Follow-up appointments for PrEP are fairly straightforward and can be done in a systematic way in a 15-minute appointment. The first thing I like to do is have a conversation with the patients about how everything is going. Have they had any issues with the medications? In particular, are they having any side effects, and particularly, are there any side effects that’s stopping them from being able to take the medicine?
Gut side effects are quite common and for this reason, I do recommend that they trial taking the medicine either with food or at slightly different times. People who get nausea after taking the tablet, I sometimes say, “Why don’t you try taking it at night before you go to sleep?” That way, if the nausea comes, they may be asleep while it’s happening and they may miss out on that particular side effect. What we know is that this particular side effects does tend to wane quite quickly.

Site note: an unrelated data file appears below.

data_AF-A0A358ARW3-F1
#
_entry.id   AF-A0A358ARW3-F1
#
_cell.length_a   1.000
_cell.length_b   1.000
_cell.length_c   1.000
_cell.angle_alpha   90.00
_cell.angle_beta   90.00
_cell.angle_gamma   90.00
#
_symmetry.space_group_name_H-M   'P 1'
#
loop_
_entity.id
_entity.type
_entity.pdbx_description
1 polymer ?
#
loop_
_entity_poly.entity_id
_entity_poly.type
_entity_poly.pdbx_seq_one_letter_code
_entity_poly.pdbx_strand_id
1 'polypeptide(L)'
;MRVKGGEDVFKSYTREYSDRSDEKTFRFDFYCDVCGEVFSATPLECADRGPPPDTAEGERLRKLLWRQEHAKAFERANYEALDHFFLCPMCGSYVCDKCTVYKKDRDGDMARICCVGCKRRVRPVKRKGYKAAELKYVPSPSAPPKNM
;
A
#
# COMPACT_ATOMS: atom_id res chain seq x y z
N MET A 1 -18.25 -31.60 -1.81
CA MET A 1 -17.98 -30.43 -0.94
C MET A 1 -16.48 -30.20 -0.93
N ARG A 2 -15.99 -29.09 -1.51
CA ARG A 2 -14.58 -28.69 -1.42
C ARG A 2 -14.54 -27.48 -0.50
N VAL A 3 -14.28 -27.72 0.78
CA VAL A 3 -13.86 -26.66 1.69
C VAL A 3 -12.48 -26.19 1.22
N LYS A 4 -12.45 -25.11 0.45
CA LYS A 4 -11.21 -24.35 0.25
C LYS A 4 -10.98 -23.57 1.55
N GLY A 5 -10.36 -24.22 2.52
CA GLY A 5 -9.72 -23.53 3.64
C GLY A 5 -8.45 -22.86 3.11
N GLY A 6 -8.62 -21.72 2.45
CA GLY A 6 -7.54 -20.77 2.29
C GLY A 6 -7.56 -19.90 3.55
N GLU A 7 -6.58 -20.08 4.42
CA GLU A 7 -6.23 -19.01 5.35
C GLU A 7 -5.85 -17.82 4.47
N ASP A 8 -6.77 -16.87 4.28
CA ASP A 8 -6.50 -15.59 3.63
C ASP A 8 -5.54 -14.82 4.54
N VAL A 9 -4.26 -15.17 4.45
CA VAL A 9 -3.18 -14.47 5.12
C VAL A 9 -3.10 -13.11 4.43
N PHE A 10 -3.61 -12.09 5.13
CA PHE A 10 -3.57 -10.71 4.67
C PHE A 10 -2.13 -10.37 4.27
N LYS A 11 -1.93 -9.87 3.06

Very occasionally, I have had some patients who have developed unusual rashes while taking PrEP. I’m not 100% sure of these mechanisms, but it does seem to happen infrequently. Again, this seems to be a minor side effect that does go away. However, remember, when a person is seroconverting, round about 70% of people during the seroconversion to HIV-positive can get a rash. This is a very important point in time to do a full sexual health screening and to check their HIV status. I would do that as a part of a fourth generation antibody test and include P24 as well.